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Geotemporal analysis of Neisseria meningitidis clones in the United States: 2000-2005

Wiringa, AE and Shutt, KA and Marsh, JW and Cohn, AC and Messonnier, NE and Zansky, SM and Petit, S and Farley, MM and Gershman, K and Lynfield, R and Reingold, A and Schaffner, W and Thompson, J and Brown, ST and Lee, BY and Harrison, LH (2013) Geotemporal analysis of Neisseria meningitidis clones in the United States: 2000-2005. PLoS ONE, 8 (12).

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Background: The detection of meningococcal outbreaks relies on serogrouping and epidemiologic definitions. Advances in molecular epidemiology have improved the ability to distinguish unique Neisseria meningitidis strains, enabling the classification of isolates into clones. Around 98% of meningococcal cases in the United States are believed to be sporadic. Methods: Meningococcal isolates from 9 Active Bacterial Core surveillance sites throughout the United States from 2000 through 2005 were classified according to serogroup, multilocus sequence typing, and outer membrane protein (porA, porB, and fetA ) genotyping. Clones were defined as isolates that were indistinguishable according to this characterization. Case data were aggregated to the census tract level and all non-singleton clones were assessed for non-random spatial and temporal clustering using retrospective space-time analyses with a discrete Poisson probability model. Results: Among 1,062 geocoded cases with available isolates, 438 unique clones were identified, 78 of which had ≥2 isolates. 702 cases were attributable to non-singleton clones, accounting for 66.0% of all geocoded cases. 32 statistically significant clusters comprised of 107 cases (10.1% of all geocoded cases) were identified. Clusters had the following attributes: included 2 to 11 cases; 1 day to 33 months duration; radius of 0 to 61.7 km; and attack rate of 0.7 to 57.8 cases per 100,000 population. Serogroups represented among the clusters were: B (n = 12 clusters, 45 cases), C (n = 11 clusters, 27 cases), and Y (n = 9 clusters, 35 cases); 20 clusters (62.5%) were caused by serogroups represented in meningococcal vaccines that are commercially available in the United States. Conclusions: Around 10% of meningococcal disease cases in the U.S. could be assigned to a geotemporal cluster. Molecular characterization of isolates, combined with geotemporal analysis, is a useful tool for understanding the spread of virulent meningococcal clones and patterns of transmission in populations.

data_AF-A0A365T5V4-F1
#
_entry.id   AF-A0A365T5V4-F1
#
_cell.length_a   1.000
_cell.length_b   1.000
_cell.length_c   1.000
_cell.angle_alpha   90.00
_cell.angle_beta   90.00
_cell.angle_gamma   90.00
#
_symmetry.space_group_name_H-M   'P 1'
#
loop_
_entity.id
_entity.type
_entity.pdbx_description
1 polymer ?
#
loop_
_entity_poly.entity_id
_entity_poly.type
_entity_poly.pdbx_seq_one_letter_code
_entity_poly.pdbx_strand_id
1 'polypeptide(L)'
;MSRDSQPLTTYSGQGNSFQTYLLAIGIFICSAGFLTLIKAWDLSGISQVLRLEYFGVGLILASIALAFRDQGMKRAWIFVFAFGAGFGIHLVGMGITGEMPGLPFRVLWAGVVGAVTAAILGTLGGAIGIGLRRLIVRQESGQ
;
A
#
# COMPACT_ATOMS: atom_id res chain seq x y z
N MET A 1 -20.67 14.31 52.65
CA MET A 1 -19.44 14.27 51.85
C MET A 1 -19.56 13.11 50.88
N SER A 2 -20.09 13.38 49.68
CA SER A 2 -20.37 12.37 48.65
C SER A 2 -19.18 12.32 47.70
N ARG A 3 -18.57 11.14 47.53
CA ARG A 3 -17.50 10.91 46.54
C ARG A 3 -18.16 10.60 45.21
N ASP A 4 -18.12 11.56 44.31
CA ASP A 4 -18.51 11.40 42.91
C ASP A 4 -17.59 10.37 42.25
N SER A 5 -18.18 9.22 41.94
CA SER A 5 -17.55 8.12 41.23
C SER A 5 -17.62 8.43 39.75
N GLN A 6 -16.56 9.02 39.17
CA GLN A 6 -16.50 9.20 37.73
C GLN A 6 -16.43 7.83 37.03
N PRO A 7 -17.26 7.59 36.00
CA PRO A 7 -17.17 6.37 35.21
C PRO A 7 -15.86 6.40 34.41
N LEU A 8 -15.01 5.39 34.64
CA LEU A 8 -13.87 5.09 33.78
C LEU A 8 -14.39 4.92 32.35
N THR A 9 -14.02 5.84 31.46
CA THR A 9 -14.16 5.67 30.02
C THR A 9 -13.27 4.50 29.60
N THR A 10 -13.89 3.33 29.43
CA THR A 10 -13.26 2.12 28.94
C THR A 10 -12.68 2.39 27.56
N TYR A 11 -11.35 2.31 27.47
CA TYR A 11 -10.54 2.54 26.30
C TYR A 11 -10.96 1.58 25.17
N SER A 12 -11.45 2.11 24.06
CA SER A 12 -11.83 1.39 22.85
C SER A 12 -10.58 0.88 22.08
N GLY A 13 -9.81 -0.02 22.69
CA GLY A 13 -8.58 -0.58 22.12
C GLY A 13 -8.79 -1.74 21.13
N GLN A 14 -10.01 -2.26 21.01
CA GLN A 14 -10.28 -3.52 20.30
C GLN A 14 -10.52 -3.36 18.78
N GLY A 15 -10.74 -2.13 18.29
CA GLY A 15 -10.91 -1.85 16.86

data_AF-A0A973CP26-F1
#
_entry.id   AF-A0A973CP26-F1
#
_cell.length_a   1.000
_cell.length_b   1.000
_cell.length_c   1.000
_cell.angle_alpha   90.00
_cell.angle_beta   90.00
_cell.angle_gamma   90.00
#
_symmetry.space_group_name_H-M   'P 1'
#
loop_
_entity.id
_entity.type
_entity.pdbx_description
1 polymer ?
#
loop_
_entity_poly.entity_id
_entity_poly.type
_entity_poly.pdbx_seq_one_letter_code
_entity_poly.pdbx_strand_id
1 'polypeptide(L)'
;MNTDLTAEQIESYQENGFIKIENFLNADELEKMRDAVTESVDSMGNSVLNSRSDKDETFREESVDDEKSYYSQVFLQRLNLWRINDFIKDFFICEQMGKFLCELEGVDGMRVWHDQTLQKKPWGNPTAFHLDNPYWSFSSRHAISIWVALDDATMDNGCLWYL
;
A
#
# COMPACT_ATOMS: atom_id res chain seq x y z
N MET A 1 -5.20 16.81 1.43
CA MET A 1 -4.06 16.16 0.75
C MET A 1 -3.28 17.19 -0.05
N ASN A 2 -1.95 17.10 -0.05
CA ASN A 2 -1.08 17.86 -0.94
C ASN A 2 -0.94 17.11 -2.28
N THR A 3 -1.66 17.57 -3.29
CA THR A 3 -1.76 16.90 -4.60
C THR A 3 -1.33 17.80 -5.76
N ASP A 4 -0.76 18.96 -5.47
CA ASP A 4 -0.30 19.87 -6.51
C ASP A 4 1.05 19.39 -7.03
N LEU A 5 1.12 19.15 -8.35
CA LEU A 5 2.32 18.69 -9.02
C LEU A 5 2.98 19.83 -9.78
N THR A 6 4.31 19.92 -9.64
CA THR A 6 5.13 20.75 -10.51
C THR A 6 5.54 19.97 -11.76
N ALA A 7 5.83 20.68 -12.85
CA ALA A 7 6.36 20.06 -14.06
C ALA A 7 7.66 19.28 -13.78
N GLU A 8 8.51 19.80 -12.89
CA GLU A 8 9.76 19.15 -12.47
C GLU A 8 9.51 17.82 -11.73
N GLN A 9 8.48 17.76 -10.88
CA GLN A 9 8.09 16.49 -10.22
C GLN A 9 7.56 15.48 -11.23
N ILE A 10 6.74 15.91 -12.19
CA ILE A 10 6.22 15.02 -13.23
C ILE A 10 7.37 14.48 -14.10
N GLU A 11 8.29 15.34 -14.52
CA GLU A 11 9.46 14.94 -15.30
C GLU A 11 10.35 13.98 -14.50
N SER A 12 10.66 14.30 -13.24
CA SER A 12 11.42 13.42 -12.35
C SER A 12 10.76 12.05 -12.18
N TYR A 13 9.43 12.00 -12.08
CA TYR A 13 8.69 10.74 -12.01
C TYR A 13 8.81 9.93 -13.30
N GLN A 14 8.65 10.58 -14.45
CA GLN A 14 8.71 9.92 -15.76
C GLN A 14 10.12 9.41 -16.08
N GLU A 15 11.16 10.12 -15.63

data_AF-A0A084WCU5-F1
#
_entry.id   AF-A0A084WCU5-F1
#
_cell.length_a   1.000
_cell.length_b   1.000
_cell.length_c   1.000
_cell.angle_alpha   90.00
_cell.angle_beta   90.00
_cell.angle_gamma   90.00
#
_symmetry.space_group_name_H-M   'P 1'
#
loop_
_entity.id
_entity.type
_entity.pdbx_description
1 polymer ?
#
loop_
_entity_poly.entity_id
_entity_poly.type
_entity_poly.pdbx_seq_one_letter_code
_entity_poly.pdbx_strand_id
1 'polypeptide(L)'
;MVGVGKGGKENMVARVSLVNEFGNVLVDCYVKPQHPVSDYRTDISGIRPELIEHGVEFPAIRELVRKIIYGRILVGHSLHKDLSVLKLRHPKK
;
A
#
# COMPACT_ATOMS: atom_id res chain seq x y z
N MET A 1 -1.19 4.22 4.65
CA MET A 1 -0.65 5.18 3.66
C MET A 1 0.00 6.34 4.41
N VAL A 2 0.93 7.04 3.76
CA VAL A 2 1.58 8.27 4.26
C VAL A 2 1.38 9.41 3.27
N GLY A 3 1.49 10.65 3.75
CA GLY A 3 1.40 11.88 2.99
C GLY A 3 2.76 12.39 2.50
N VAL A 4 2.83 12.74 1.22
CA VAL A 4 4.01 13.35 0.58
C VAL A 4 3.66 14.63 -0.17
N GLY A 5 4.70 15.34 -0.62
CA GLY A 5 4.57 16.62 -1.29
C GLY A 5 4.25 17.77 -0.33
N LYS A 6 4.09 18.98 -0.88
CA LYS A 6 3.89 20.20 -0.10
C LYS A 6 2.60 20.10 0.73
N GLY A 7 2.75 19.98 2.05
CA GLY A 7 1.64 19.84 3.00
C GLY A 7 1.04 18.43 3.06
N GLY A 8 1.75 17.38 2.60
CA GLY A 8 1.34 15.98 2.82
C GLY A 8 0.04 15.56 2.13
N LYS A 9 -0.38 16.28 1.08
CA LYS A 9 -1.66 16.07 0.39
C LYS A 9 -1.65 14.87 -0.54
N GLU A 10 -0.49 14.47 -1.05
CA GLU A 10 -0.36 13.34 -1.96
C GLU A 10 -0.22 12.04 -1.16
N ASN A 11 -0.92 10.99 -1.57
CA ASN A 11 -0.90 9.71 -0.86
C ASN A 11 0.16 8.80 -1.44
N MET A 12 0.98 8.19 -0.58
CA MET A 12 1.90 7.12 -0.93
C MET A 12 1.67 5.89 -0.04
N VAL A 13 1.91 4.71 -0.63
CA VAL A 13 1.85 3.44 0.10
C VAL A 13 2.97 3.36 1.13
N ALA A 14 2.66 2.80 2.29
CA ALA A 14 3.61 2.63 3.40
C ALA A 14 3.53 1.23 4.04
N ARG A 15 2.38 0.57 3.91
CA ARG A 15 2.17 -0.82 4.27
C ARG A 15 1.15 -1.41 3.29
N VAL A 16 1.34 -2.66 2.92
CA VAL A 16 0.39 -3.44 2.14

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Item Type: Article
Status: Published
CreatorsEmailPitt UsernameORCID
Wiringa, AEaew29@pitt.eduAEW29
Shutt, KAshuttk@pitt.eduSHUTTK
Marsh, JWjwmarsh@pitt.eduJWMARSH
Cohn, AC
Messonnier, NE
Zansky, SM
Petit, S
Farley, MM
Gershman, K
Lynfield, R
Reingold, A
Schaffner, W
Thompson, J
Brown, ST
Lee, BYbyl1@pitt.eduBYL1
Harrison, LHlharriso@edc.pitt.eduLHARRISO
ContributionContributors NameEmailPitt UsernameORCID
Date: 12 December 2013
Date Type: Publication
Journal or Publication Title: PLoS ONE
Volume: 8
Number: 12
DOI or Unique Handle: 10.1371/journal.pone.0082048
Schools and Programs: School of Public Health > Epidemiology
Refereed: Yes
Date Deposited: 13 Jun 2014 18:57
Last Modified: 04 Feb 2019 19:55


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